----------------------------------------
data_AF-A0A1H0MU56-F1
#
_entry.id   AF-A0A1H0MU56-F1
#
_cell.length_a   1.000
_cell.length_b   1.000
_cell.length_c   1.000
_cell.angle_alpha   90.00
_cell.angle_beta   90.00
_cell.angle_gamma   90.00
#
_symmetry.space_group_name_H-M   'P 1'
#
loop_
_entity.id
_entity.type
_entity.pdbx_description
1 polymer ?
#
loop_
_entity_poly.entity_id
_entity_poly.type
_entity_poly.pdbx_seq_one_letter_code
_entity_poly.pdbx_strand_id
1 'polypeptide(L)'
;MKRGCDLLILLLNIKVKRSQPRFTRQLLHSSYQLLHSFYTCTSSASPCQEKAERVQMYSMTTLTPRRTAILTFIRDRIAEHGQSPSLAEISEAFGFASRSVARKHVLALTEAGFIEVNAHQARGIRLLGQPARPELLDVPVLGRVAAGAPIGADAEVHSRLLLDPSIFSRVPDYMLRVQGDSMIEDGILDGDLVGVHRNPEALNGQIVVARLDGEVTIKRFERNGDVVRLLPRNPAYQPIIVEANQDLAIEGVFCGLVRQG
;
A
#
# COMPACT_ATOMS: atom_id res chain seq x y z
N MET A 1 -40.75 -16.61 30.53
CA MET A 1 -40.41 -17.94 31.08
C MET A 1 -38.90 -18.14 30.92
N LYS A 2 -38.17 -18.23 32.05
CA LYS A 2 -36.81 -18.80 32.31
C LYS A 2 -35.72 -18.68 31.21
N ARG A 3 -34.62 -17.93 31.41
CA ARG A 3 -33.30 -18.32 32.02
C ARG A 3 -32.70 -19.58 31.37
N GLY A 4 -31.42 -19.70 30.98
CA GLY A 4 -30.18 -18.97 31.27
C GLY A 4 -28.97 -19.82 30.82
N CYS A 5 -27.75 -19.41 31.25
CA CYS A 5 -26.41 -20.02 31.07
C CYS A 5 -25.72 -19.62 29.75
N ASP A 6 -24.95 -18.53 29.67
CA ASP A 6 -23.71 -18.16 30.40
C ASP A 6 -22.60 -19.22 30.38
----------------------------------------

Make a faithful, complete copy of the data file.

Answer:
data_AF-A0A1H0MU56-F1
#
_entry.id   AF-A0A1H0MU56-F1
#
_cell.length_a   1.000
_cell.length_b   1.000
_cell.length_c   1.000
_cell.angle_alpha   90.00
_cell.angle_beta   90.00
_cell.angle_gamma   90.00
#
_symmetry.space_group_name_H-M   'P 1'
#
loop_
_entity.id
_entity.type
_entity.pdbx_description
1 polymer ?
#
loop_
_entity_poly.entity_id
_entity_poly.type
_entity_poly.pdbx_seq_one_letter_code
_entity_poly.pdbx_strand_id
1 'polypeptide(L)'
;MKRGCDLLILLLNIKVKRSQPRFTRQLLHSSYQLLHSFYTCTSSASPCQEKAERVQMYSMTTLTPRRTAILTFIRDRIAEHGQSPSLAEISEAFGFASRSVARKHVLALTEAGFIEVNAHQARGIRLLGQPARPELLDVPVLGRVAAGAPIGADAEVHSRLLLDPSIFSRVPDYMLRVQGDSMIEDGILDGDLVGVHRNPEALNGQIVVARLDGEVTIKRFERNGDVVRLLPRNPAYQPIIVEANQDLAIEGVFCGLVRQG
;
A
#
# COMPACT_ATOMS: atom_id res chain seq x y z
N MET A 1 -40.75 -16.61 30.53
CA MET A 1 -40.41 -17.94 31.08
C MET A 1 -38.90 -18.14 30.92
N LYS A 2 -38.17 -18.23 32.05
CA LYS A 2 -36.81 -18.80 32.31
C LYS A 2 -35.72 -18.68 31.21
N ARG A 3 -34.62 -17.93 31.41
CA ARG A 3 -33.30 -18.32 32.02
C ARG A 3 -32.70 -19.58 31.37
N GLY A 4 -31.42 -19.70 30.98
CA GLY A 4 -30.18 -18.97 31.27
C GLY A 4 -28.97 -19.82 30.82
N CYS A 5 -27.75 -19.41 31.25
CA CYS A 5 -26.41 -20.02 31.07
C CYS A 5 -25.72 -19.62 29.75
N ASP A 6 -24.95 -18.53 29.67
CA ASP A 6 -23.71 -18.16 30.40
C ASP A 6 -22.60 -19.22 30.38